Side Tank Coal Engine – a brief history

The ‘Coal Tank No.1054′ was built by the London & North Western Railway at Crewe Works.  It was the 250th example of the class of 4′-3″ Side Tank Coal Engines that were designed by the Chief Engineer of the LNWR, Francis W Webb.

The design was based on Webb’s 0-6-0 ‘Coal Engine’ introduced in 1873.  The ‘Coal Engine’ was the first locomotive produced under Webb’s direction as Chief Engineer.  These simple, cheap, but effective locomotives carried the coal and water supply in a separate tender.

'Coal Engine' 8309.  During the early 1940s this engine carried the boiler that is now on Coal Tank No.1054.  Photo from the Mike Bentley collection

‘Coal Engine’ 8309. During the early 1940s this engine carried the boiler that is now on Coal Tank No.1054. Photo from the Mike Bentley collection

To provide an engine with greater operational flexibility over shorter journeys, Webb produced a tank engine version whereby the coal and water were carried on the engine’s own frames.  An additional pair of carrying wheels was utilised to help carry this extra weight.  This new design of  ‘Side Tank Coal Engine’ – or ‘Coal Tank’, as they became more commonly known – was introduced in 1881 and 300 examples were built over a period of 16 years.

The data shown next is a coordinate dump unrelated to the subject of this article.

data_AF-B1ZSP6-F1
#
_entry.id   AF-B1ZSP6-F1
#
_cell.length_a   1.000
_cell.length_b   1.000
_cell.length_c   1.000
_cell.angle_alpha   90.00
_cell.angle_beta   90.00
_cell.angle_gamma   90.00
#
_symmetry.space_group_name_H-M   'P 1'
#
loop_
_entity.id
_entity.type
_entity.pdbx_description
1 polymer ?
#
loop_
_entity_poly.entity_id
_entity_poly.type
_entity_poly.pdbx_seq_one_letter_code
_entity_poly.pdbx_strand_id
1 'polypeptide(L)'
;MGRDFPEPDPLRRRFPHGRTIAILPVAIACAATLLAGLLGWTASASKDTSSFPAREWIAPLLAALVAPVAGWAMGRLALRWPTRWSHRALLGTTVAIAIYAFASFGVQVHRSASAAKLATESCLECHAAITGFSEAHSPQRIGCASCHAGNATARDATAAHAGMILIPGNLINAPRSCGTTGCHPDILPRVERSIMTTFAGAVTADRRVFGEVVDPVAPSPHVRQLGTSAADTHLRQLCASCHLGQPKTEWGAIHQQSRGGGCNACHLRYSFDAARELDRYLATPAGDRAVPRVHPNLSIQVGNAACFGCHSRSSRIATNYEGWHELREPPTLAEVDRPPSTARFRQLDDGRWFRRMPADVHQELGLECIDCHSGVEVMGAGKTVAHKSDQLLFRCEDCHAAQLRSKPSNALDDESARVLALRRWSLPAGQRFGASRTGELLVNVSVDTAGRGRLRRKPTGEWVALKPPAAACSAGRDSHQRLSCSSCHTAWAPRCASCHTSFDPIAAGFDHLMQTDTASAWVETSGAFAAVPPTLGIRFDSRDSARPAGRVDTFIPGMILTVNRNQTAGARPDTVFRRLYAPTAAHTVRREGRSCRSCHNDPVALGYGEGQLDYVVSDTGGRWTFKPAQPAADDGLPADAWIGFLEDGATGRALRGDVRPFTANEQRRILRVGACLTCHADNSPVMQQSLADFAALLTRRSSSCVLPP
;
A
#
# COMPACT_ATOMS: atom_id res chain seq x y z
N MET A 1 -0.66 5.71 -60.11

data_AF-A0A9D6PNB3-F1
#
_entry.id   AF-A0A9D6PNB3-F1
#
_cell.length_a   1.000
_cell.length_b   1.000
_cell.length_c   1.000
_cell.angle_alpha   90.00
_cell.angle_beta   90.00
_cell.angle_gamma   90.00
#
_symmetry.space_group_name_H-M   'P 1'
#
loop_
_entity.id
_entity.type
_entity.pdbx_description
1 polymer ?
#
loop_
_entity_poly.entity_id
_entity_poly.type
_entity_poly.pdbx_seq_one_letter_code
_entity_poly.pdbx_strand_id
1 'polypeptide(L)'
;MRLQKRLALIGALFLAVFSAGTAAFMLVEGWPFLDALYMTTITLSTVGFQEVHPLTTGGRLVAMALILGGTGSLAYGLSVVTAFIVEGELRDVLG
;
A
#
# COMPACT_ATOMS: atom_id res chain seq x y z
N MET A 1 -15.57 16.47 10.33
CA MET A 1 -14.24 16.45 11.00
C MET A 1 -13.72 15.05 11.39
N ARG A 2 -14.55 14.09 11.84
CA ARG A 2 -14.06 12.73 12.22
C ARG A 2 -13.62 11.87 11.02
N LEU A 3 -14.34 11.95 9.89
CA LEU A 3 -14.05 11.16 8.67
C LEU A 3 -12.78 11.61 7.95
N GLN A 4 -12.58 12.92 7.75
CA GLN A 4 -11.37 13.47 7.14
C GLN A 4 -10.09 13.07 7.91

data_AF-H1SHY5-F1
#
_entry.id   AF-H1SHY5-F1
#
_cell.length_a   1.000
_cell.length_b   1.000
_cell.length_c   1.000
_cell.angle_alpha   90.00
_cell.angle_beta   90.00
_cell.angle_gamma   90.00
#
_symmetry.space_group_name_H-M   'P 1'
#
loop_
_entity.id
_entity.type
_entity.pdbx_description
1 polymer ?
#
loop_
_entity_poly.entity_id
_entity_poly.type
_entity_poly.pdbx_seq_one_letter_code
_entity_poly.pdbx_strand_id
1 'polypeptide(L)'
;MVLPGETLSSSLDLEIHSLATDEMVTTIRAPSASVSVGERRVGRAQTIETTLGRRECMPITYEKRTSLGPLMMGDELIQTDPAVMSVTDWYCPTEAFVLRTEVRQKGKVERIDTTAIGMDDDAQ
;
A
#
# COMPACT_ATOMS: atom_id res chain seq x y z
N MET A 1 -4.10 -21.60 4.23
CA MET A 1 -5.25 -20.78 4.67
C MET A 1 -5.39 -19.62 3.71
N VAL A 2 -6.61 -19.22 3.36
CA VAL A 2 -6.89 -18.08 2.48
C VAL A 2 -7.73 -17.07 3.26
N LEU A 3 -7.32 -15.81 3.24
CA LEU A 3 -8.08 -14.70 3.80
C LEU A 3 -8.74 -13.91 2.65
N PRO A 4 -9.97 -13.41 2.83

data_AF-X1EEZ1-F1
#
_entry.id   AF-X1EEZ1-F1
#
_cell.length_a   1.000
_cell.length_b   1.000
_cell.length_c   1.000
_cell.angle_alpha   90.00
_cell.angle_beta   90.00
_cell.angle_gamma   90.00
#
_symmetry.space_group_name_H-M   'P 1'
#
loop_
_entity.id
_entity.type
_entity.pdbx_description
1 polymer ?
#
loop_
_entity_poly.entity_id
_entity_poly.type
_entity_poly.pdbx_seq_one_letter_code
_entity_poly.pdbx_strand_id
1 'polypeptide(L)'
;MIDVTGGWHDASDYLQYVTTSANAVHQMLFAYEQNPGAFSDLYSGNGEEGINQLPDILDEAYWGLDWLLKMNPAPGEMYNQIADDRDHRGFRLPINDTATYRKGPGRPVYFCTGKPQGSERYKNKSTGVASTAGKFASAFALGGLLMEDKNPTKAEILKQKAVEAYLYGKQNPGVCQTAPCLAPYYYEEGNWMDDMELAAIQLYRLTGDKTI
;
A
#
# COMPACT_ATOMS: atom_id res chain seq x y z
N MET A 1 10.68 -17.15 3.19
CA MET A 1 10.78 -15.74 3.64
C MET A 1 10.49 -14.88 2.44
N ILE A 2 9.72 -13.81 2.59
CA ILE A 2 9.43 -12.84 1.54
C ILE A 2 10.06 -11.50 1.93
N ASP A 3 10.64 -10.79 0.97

No.615 as originally built, with sloping smokebox door, wooden brake blocks operated only by the handbrake, and plain black livery. photo from the Mike Bentley collection

No.615 as originally built, with sloping smokebox door, wooden brake blocks operated only by the handbrake, and plain black livery. photo from the Mike Bentley collection

They were originally intended for short-distance goods traffic, but were found to be very useful for local passenger trains and were soon at work all over the LNWR system.  The early engines were painted plain black, but later engines were turned out in the fully lined-out black passenger livery.